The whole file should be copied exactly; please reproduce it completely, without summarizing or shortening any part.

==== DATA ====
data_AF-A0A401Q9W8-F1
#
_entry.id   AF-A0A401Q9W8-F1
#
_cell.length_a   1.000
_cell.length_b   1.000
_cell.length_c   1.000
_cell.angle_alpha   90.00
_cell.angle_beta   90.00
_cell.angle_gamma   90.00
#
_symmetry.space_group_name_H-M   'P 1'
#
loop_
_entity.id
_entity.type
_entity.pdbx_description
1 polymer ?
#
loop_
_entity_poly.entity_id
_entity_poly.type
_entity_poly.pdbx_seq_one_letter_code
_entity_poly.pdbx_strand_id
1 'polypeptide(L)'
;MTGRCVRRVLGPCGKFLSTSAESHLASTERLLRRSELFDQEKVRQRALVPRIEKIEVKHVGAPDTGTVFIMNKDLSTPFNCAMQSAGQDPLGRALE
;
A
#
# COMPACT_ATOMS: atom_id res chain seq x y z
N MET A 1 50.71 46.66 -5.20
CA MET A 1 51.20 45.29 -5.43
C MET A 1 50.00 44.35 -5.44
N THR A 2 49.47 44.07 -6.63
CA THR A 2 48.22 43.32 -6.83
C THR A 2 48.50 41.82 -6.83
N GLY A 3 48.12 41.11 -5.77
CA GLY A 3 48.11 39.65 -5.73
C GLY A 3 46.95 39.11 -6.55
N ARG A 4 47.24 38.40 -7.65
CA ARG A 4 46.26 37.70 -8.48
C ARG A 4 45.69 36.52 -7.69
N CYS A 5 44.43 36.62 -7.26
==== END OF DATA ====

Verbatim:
data_AF-A0A401Q9W8-F1
#
_entry.id   AF-A0A401Q9W8-F1
#
_cell.length_a   1.000
_cell.length_b   1.000
_cell.length_c   1.000
_cell.angle_alpha   90.00
_cell.angle_beta   90.00
_cell.angle_gamma   90.00
#
_symmetry.space_group_name_H-M   'P 1'
#
loop_
_entity.id
_entity.type
_entity.pdbx_description
1 polymer ?
#
loop_
_entity_poly.entity_id
_entity_poly.type
_entity_poly.pdbx_seq_one_letter_code
_entity_poly.pdbx_strand_id
1 'polypeptide(L)'
;MTGRCVRRVLGPCGKFLSTSAESHLASTERLLRRSELFDQEKVRQRALVPRIEKIEVKHVGAPDTGTVFIMNKDLSTPFNCAMQSAGQDPLGRALE
;
A
#
# COMPACT_ATOMS: atom_id res chain seq x y z
N MET A 1 50.71 46.66 -5.20
CA MET A 1 51.20 45.29 -5.43
C MET A 1 50.00 44.35 -5.44
N THR A 2 49.47 44.07 -6.63
CA THR A 2 48.22 43.32 -6.83
C THR A 2 48.50 41.82 -6.83
N GLY A 3 48.12 41.11 -5.77
CA GLY A 3 48.11 39.65 -5.73
C GLY A 3 46.95 39.11 -6.55
N ARG A 4 47.24 38.40 -7.65
CA ARG A 4 46.26 37.70 -8.48
C ARG A 4 45.69 36.52 -7.69
N CYS A 5 44.43 36.62 -7.26